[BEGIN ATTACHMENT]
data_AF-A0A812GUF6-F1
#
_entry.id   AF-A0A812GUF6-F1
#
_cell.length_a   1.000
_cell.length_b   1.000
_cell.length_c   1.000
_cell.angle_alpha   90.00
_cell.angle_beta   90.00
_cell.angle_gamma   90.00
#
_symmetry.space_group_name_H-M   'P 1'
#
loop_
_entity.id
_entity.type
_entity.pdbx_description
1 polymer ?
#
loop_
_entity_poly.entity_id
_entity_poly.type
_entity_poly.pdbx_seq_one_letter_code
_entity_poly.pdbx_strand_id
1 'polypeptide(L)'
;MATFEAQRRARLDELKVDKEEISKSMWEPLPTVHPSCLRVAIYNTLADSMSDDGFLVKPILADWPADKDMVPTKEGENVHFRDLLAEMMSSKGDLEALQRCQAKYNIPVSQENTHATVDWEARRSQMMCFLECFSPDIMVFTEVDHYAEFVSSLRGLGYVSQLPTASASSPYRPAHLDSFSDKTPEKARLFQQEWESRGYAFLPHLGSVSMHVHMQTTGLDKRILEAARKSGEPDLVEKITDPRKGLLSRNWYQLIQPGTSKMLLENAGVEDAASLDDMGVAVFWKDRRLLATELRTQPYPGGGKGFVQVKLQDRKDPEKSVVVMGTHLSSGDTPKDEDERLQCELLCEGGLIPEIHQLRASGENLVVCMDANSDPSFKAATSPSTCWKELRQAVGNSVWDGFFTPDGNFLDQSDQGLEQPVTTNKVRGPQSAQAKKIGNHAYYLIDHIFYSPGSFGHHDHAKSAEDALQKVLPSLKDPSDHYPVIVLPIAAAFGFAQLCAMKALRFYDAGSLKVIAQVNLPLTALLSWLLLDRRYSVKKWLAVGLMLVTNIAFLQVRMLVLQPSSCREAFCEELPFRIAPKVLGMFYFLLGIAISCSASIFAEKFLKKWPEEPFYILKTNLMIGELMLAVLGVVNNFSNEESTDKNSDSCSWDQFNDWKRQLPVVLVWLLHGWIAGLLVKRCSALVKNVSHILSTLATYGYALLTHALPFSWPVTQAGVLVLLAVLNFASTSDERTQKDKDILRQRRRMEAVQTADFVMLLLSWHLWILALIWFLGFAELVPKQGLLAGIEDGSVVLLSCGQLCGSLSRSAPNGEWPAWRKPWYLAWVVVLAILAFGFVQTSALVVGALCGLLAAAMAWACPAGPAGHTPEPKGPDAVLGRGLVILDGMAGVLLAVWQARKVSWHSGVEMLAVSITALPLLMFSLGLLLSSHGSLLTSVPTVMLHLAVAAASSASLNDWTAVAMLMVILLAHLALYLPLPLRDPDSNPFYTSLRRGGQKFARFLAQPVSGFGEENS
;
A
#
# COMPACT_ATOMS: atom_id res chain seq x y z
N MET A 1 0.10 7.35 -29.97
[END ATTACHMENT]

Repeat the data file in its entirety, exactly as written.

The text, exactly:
data_AF-A0A812GUF6-F1
#
_entry.id   AF-A0A812GUF6-F1
#
_cell.length_a   1.000
_cell.length_b   1.000
_cell.length_c   1.000
_cell.angle_alpha   90.00
_cell.angle_beta   90.00
_cell.angle_gamma   90.00
#
_symmetry.space_group_name_H-M   'P 1'
#
loop_
_entity.id
_entity.type
_entity.pdbx_description
1 polymer ?
#
loop_
_entity_poly.entity_id
_entity_poly.type
_entity_poly.pdbx_seq_one_letter_code
_entity_poly.pdbx_strand_id
1 'polypeptide(L)'
;MATFEAQRRARLDELKVDKEEISKSMWEPLPTVHPSCLRVAIYNTLADSMSDDGFLVKPILADWPADKDMVPTKEGENVHFRDLLAEMMSSKGDLEALQRCQAKYNIPVSQENTHATVDWEARRSQMMCFLECFSPDIMVFTEVDHYAEFVSSLRGLGYVSQLPTASASSPYRPAHLDSFSDKTPEKARLFQQEWESRGYAFLPHLGSVSMHVHMQTTGLDKRILEAARKSGEPDLVEKITDPRKGLLSRNWYQLIQPGTSKMLLENAGVEDAASLDDMGVAVFWKDRRLLATELRTQPYPGGGKGFVQVKLQDRKDPEKSVVVMGTHLSSGDTPKDEDERLQCELLCEGGLIPEIHQLRASGENLVVCMDANSDPSFKAATSPSTCWKELRQAVGNSVWDGFFTPDGNFLDQSDQGLEQPVTTNKVRGPQSAQAKKIGNHAYYLIDHIFYSPGSFGHHDHAKSAEDALQKVLPSLKDPSDHYPVIVLPIAAAFGFAQLCAMKALRFYDAGSLKVIAQVNLPLTALLSWLLLDRRYSVKKWLAVGLMLVTNIAFLQVRMLVLQPSSCREAFCEELPFRIAPKVLGMFYFLLGIAISCSASIFAEKFLKKWPEEPFYILKTNLMIGELMLAVLGVVNNFSNEESTDKNSDSCSWDQFNDWKRQLPVVLVWLLHGWIAGLLVKRCSALVKNVSHILSTLATYGYALLTHALPFSWPVTQAGVLVLLAVLNFASTSDERTQKDKDILRQRRRMEAVQTADFVMLLLSWHLWILALIWFLGFAELVPKQGLLAGIEDGSVVLLSCGQLCGSLSRSAPNGEWPAWRKPWYLAWVVVLAILAFGFVQTSALVVGALCGLLAAAMAWACPAGPAGHTPEPKGPDAVLGRGLVILDGMAGVLLAVWQARKVSWHSGVEMLAVSITALPLLMFSLGLLLSSHGSLLTSVPTVMLHLAVAAASSASLNDWTAVAMLMVILLAHLALYLPLPLRDPDSNPFYTSLRRGGQKFARFLAQPVSGFGEENS
;
A
#
# COMPACT_ATOMS: atom_id res chain seq x y z
N MET A 1 0.10 7.35 -29.97